A cybernetic view on wind-up

A cybernetic view on wind-up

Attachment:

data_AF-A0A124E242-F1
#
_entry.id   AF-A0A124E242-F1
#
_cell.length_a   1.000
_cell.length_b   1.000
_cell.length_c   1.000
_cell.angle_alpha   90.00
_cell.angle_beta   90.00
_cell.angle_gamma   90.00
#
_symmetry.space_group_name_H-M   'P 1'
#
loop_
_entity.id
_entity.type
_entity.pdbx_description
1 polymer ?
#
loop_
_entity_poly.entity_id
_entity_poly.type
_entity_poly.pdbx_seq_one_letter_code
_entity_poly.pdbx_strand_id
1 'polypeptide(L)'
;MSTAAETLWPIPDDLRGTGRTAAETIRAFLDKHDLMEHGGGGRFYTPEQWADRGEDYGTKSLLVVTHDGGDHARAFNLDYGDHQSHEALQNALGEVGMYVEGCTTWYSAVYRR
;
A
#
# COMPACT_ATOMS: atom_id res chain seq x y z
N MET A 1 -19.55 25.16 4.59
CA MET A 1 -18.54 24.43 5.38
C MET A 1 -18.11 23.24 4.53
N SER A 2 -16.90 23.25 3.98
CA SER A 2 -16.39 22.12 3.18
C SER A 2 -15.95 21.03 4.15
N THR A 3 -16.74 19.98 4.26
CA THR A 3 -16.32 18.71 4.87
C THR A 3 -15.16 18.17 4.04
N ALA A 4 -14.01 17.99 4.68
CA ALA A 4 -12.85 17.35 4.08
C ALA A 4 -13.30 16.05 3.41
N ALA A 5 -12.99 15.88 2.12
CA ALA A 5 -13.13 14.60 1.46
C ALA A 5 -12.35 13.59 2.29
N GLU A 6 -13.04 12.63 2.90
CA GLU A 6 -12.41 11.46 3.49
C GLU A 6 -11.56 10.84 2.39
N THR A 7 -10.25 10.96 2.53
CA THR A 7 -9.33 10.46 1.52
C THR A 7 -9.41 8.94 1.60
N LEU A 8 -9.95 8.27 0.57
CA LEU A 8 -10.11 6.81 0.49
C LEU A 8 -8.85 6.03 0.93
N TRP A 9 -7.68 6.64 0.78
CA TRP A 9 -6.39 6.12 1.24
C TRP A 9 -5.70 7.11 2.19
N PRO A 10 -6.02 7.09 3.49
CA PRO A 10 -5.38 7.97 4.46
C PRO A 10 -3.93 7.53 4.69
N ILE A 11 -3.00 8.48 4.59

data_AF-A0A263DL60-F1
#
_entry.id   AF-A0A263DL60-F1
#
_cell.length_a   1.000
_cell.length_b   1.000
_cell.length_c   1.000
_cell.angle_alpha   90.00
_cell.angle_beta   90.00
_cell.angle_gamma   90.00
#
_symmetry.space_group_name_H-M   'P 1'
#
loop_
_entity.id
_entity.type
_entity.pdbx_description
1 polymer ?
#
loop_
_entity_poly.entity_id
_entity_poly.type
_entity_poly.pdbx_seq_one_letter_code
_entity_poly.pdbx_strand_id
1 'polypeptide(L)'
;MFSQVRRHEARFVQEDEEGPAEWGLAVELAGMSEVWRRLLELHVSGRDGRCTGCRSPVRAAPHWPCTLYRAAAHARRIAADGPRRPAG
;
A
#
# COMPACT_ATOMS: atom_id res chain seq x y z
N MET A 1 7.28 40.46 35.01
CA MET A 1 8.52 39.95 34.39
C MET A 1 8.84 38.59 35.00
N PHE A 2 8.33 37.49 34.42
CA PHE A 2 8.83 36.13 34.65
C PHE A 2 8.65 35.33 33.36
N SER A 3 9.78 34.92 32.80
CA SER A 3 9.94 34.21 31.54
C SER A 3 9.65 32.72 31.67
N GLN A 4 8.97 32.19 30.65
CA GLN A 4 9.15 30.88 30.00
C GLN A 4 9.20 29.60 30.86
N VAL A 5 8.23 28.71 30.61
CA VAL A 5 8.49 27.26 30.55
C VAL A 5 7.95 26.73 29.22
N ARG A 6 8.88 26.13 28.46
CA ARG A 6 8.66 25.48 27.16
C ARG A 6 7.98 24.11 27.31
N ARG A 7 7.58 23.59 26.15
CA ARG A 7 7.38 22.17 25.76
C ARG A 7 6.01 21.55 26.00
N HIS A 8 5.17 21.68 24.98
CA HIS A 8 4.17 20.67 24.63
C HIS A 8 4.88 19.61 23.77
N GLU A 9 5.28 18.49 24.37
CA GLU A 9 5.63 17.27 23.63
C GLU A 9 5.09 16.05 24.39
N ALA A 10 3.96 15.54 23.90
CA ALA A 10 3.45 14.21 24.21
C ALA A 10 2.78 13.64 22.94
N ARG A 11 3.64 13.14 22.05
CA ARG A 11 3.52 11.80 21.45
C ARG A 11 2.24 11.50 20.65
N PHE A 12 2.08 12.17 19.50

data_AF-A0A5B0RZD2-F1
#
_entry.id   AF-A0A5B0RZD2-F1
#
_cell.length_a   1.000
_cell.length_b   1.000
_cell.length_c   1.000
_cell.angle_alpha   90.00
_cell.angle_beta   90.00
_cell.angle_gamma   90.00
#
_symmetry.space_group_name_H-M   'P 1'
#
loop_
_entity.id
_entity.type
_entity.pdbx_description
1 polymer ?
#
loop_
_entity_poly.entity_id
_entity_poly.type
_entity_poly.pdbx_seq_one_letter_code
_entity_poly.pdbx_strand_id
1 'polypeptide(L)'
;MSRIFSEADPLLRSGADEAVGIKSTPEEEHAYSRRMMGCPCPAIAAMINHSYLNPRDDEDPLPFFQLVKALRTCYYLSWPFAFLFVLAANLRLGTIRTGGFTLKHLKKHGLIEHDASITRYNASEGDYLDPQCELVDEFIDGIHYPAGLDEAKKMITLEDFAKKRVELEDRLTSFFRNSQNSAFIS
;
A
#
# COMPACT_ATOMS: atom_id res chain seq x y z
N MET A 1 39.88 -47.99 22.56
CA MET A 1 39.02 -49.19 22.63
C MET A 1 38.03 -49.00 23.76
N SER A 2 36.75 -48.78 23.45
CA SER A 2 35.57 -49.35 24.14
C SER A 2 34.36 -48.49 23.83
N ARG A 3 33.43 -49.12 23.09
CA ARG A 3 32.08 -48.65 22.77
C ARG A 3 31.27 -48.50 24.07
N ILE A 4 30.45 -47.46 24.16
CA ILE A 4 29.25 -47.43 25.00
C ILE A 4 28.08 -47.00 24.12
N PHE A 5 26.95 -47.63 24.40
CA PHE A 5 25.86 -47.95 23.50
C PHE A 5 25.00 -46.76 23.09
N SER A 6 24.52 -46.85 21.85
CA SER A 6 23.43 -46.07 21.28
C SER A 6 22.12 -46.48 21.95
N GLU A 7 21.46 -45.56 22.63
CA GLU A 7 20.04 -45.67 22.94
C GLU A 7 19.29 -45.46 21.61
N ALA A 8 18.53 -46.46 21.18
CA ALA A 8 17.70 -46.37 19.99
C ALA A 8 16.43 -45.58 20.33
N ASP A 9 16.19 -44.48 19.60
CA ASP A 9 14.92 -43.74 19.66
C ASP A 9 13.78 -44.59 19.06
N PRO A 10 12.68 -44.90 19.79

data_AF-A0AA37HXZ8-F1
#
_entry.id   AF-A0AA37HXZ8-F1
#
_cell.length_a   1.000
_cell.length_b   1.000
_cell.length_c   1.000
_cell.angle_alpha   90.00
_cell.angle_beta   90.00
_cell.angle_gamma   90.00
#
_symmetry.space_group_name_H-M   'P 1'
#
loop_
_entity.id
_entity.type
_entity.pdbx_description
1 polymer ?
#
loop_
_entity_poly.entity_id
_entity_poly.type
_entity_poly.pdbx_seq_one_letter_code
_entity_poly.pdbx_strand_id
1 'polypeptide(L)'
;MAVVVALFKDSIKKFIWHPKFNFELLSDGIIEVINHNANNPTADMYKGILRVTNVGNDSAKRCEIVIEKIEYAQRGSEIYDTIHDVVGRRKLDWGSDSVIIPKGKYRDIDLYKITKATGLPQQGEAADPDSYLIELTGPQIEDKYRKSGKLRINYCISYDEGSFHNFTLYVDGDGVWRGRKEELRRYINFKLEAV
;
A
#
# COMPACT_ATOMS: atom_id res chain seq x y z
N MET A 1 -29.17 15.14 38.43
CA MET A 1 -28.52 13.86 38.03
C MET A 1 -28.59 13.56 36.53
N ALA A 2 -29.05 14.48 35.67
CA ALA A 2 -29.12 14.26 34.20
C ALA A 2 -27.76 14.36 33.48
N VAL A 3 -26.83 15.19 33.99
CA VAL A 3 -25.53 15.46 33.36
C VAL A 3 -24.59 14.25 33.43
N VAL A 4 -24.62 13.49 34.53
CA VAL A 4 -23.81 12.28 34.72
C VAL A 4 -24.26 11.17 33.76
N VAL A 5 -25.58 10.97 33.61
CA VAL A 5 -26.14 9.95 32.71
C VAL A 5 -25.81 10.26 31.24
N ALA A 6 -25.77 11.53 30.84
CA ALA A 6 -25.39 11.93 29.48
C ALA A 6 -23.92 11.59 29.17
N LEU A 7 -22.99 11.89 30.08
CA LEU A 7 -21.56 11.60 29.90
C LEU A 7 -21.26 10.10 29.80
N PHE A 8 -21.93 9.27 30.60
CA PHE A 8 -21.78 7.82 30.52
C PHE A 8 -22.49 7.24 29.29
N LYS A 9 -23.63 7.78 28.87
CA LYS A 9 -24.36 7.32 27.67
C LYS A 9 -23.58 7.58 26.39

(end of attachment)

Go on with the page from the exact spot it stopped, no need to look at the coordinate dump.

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  A cybernetic view on wind-up Aydin Farajidavar  a , Shahriar Gharibzadeh  a, * , Farzad Towhidkhah  b ,Sohrab Saeb  c a Neuromuscular Systems Laboratory, Faculty of Biomedical Engineering, Amirkabir University of Technology (Tehran Polytechnic), Somayyeh, Hafez, Tehran 15875 4413, Iran b Biological Systems Modeling Laboratory, Faculty of Biomedical Engineering, Amirkabir University of Technology (Tehran Polytechnic), Somayyeh, Hafez, Tehran 15875 4413, Iran c Cognitive Neural Engineering Laboratory, Faculty of Biomedical Engineering, Amirkabir University of Technology (Tehran Polytechnic), Somayyeh, Hafez, Tehran 15875 4413, Iran Received 25 January 2006; accepted 31 January 2006 Summary  Wind-up is described traditionally as a frequency dependent increase in the excitability of spinal cordneurons, evoked by electrical stimulation of afferent C-fibers. Different kinds of wind-up have been reported, butwind-up of A b  fibers in hyperalgesic states has gained little attention. In this paper, we present a cybernetic view on A b fiber wind-up and consider the involved molecular mechanisms as feedback and feedforward processes. Furthermore,our previous hypothesis, the sprouting phenomenon, is included in this view. Considering the proposed model, wind-upin hyperalgesic states might leave out in three different ways: (1) blocking the NMDA receptors by increasingextracellular Mg 2+ , 2) blocking the receptors and channels that contribute to Ca 2+ inward current, and 3) blocking theA b  fibers by local anesthetics. It seems that wind-up may be inhibited more effectively by using these three blockingmechanisms simultaneously, because in this case, the feedback process (main controller), the feedforward process(trigger), and A b  stimulation (trigger) would be inhibited concurrently.Wind up may aggravate the pain in clinical hyperalgesic situations such as post-surgical states, some neuropathicpains, fibromyalgia syndrome, and post-herpetic neuralgia. Surely, clinical studies are needed to validate theeffectiveness of our abovementioned suggestions in relieving such clinical pains.  c  2006 Elsevier Ltd. All rights reserved. Introduction Rational treatment of chronic pain depends on in-creased understanding of the pathophysiologicalmechanisms underlying the various characteristicsof chronic pain, among which central sensitizationhas received great attention in recent years. Theexperimental models used to explore mechanismsof central sensitization include the study of wind-up in animals and temporal summation of pain inhumans. Temporal summation of repeated painfulstimuli has been regarded as a psychophysical cor-relate of wind-up in humans [4].Wind-up is described traditionally as a frequencydependent increase in the excitability of spinal 0306-9877/$ - see front matter   c  2006 Elsevier Ltd. All rights reserved.doi:10.1016/j.mehy.2006.01.053* Corresponding author. Tel.: +98 21 64542369; fax: +98 2166495655. E-mail address: (S. Gharibzadeh).Medical Hypotheses (2006)  67,  304–306  cord neurons, evoked by electrical stimulation ofafferent C-fibers. Although it has been studied overthe past 30 years, there are still uncertaintiesabout its physiological meaning [5].Several authors have reviewed the electrophysi-ological and behavioral data indicating a significantrole of NMDA receptor in wind-up [3,16]. There are two main molecular mechanisms involved in thisregard:(a) Thompson et al. [13] have proposed that duringrepetitive stimulation, each stimulus would findthe cell at a more depolarized membranepotential and this may contribute to theremoval of the Mg 2+ block from the NMDAreceptors. The progressive release of the Mg 2+ block would further increase the intracellularcalcium [13].(b) Chen and Huang [2] have proposed a secondaryamplification mechanism dependent upon Ca 2+ entry via the NMDA ionophore or other Ca 2+ channels during the depolarization. An increasein intracellular Ca 2+ would activate proteinkinase C (PKC) and this in turn, would increasefurther the efficacy of NMDA receptors [2,5].It is worth noting that different kinds of wind-uphave been proposed by researchers. The wind-up ofdorsal horn neurons is usually evoked by C-fiber andoccasionally by A d -fiber stimulation [9]. A novel type of wind-up has been evoked by the stimulationof A b  fibers in hyperalgesic states induced byperipheral injury or inflammation [14]. A new hypothesis of A b  wind-up claims that, after nerveinjury or inflammation for at least 20 h, A b  fiberssprout to more superficial lamina where they maycontact nociceptive neurons [7].Using these mechanisms, we conclude a newhypothesis, which mainly focuses on A b  wind-up. The hypothesis Our hypothesis, trying to examine wind-up with acybernetic point of view, consists of three parts:1) As shown in Fig. 1, considering the wind-upevents as a control system, the mechanism(a) (proposed by Thompson) may be regardedas a feedforward process. This mechanism, aswell as the activation of AMPA receptors,causes Ca 2+ entry into the dorsal horn neu-rons. In cybernetics, feedforward is usuallyfor triggering and predicting [6].2) In Fig. 1, the mechanism (b) (proposed byChen and Huang) may be considered as a posi-tive feedback, because increment of cytosolicCa 2+ affects the NMDA receptors and opensthem more, and consequently more Ca 2+ would flow inward. In cybernetic view, a posi-tive feedback causes instability of system[15]. Activation of AMPAreceptors Ca+inward currentDepolarizationWind-upC(a)Mg 2+  unblock from NMDA receptors (b)More opening of NMDA receptors Fast depolarizationDorsal horn neuron Peripheral fibers A β Figure 1  Block diagram of wind-up from cybernetic point of view (a) is the feedforward process, and (b) is thefeedback. The sprouting of A b  fibers is shown by dashed arrows. A cybernetic view on wind-up 305  3) Since in hyperalgesic states, A b  fibers proba-bly sprout towards the C fibers, A b  fiber stim-ulation activates C fibers and simultaneouslytriggers mechanism (a). C fibers in turn acti-vate both feedback and feedforward loops.In other words, sprouting strongly activatesthe whole system.We think that all above mechanisms coopera-tively produce the wind-up and omitting each ofthem can noticeably affect the pain intensity. Consequences of the hypothesis Considering the proposed model, wind-up in hyper-algesic states might leave out in three differentways:1) Blocking the NMDA receptors by increasingextracellular Mg 2+ . Some experimental stud-ies have shown evidences about pain reliefby this method [1,10].2) Blocking the receptors and channels that con-tribute to Ca 2+ inward current. Some experi-mental researches indicate the importanceof this analgesic method [8,11].3) Blocking the triggering system (A b  fibers) inorder to suppress the whole system. To doso, we need local anesthetics that block cuta-neous stimulations. Similar experiments havedone by Herrero et al. [5], which applies lido-caine directly into the spinal cord.It seems that wind-up may be inhibited moreeffectively by using the three blocking mechanismssimultaneously, because in this case, the feedbackprocess (main controller), feedforward process(trigger), and A b  stimulation (trigger) would beinhibited concurrently.Wind up may aggravate the pain in some clinicalhyperalgesic states induced by peripheral injury orinflammation. For example, studies have indicatedthe presence of wind up in post-surgical states,some neuropathic pains, fibromyalgia syndrome,and post-herpetic neuralgia [12]. Certainly experimental researches are needed to validatethe benefits of our suggestions in relieving suchclinical pains. References [1] Bhatia A, Kashyap L, Pawar DK, Trikha A. Effect ofintraoperative magnesium infusion on perioperative anal-gesia in open cholecystectomy. J Clin Anesth 2004;16(4):262–5.[2] Chen L, Huang LYM. Protein kinase C reduces Mg block ofNMDA-receptor channels as a mechanism of modulation.Nature 1992;356:521–3.[3] Dickenson A. Mechanisms of central hypersensitivity: excit-atory amino acid mechanisms and their control. In: Dick-enson A, Besson JM, editors. The pharmacology of pain.Berlin: Springer-Verlag; 1997. p. 167–210.[4] Eide PK. Wind-up and the NMDA receptor complex from aclinical perspective. Eur J Pain 2000;4:5–17.[5] Herrero JF, Laird JM, Lopez-Garcia JA. Wind-up of spinalcord neurons and pain sensation: much ado about some-thing? Prog Neurobiol 2000;61(2):169–203.[6] Heylighen F, Joslyn C. Cybernetics and second-ordercybernetics. In: Meyers RA, editor. Encyclopedia of physicalscience and technology. New York: Academic Press; 2001.[7] Hoseini SS, Hoseini MS, Gharibzadeh Sh. Sprouting phenom-enon, a new model for the role of A- b  fibers in wind up. MedHypotheses 2006;66(4):805–7.[8] Miljanich GP. Ziconotide: neuronal calcium channel blockerfor treating severe chronic pain. Curr Med Chem2004;11(23):3029–40.[9] Price DD, Hull CD, Buchwald NA. Intracellular responses ofdorsal horn cells to cutaneous and sural nerve A and C fiberstimuli. Exp Neurol 1971;33:291–309.[10] Seyhan TO, Tugrul M, Sunger MO, Kayacan S, Telci L,Pembeci K, et al. Effects of three different dose regimensof magnesium on propofol requirements, haemodynamicvariables and postoperative pain relief in gynaecologicalsurgery. Br J Anaesth 2006;96(2):247–52.[11] Silverman R, Bendick PJ, Wasvary HJ. A randomized,prospective, double-blind, placebo-controlled trial of theeffect of a calcium channel blocker ointment on painafter hemorrhoidectomy. Dis Colon Rectum 2005;48(10):1913–6.[12] Staud R, Vierck CJ, Cannon RL, Mauderli AP, Price DD.Abnormal sensitization and temporal summation of secondpain (wind-up) in patients with fibromyalgia syndrome. Pain2001;91(1–2):165–75.[13] Thompson SWN, King AE, Woolf CJ. Activity-dependentchanges in rat ventral horn neurons in vitro; summation ofprolonged afferent evoked postsynaptic depolarizationsproduce an NMDA sensitive windup. Eur J Neurosci1990;2:638–49.[14] Thompson SWN, Dray A, Urban L. Injury-induced plasticityof spinal reflex activity: NK1 neurokinin receptor activationand enhanced A- and C-fiber mediated responses in ratspinal cord in vitro. J Neurosci 1994;14:3672–87.[15] Weinberg GM. An introduction to general systems thinking.Wiley Series on Systems Engineering and Analysis; 2001.[16] Willis WD, Sluka KA, Rees H, Westlund KN. Cooperativemechanisms of neurotransmitter action in central nervoussensitization. Prog Brain Res 1996;110:151–66. 306 Farajidavar et al.